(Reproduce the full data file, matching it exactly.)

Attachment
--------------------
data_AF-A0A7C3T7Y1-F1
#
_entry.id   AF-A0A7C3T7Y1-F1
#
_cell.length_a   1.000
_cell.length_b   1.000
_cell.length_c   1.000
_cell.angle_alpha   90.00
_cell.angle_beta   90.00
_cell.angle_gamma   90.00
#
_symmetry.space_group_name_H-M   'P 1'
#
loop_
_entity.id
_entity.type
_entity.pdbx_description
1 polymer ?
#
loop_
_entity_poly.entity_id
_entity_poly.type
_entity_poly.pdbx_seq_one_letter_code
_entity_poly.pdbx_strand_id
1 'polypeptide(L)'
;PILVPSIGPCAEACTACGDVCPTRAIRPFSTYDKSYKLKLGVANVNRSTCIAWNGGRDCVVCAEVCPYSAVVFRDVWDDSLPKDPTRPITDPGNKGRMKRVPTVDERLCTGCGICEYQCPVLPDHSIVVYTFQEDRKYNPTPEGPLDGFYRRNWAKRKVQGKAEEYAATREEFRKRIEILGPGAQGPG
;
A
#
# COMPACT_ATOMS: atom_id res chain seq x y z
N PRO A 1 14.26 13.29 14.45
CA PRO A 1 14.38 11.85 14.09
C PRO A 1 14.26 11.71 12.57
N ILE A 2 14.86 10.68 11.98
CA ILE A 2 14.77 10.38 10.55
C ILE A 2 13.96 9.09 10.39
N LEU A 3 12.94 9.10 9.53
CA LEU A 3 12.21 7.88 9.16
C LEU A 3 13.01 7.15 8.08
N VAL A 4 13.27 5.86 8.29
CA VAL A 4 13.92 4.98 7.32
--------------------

data_AF-A0A7C3T7Y1-F1
#
_entry.id   AF-A0A7C3T7Y1-F1
#
_cell.length_a   1.000
_cell.length_b   1.000
_cell.length_c   1.000
_cell.angle_alpha   90.00
_cell.angle_beta   90.00
_cell.angle_gamma   90.00
#
_symmetry.space_group_name_H-M   'P 1'
#
loop_
_entity.id
_entity.type
_entity.pdbx_description
1 polymer ?
#
loop_
_entity_poly.entity_id
_entity_poly.type
_entity_poly.pdbx_seq_one_letter_code
_entity_poly.pdbx_strand_id
1 'polypeptide(L)'
;PILVPSIGPCAEACTACGDVCPTRAIRPFSTYDKSYKLKLGVANVNRSTCIAWNGGRDCVVCAEVCPYSAVVFRDVWDDSLPKDPTRPITDPGNKGRMKRVPTVDERLCTGCGICEYQCPVLPDHSIVVYTFQEDRKYNPTPEGPLDGFYRRNWAKRKVQGKAEEYAATREEFRKRIEILGPGAQGPG
;
A
#
# COMPACT_ATOMS: atom_id res chain seq x y z
N PRO A 1 14.26 13.29 14.45
CA PRO A 1 14.38 11.85 14.09
C PRO A 1 14.26 11.71 12.57
N ILE A 2 14.86 10.68 11.98
CA ILE A 2 14.77 10.38 10.55
C ILE A 2 13.96 9.09 10.39
N LEU A 3 12.94 9.10 9.53
CA LEU A 3 12.21 7.88 9.16
C LEU A 3 13.01 7.15 8.08
N VAL A 4 13.27 5.86 8.29
CA VAL A 4 13.92 4.98 7.32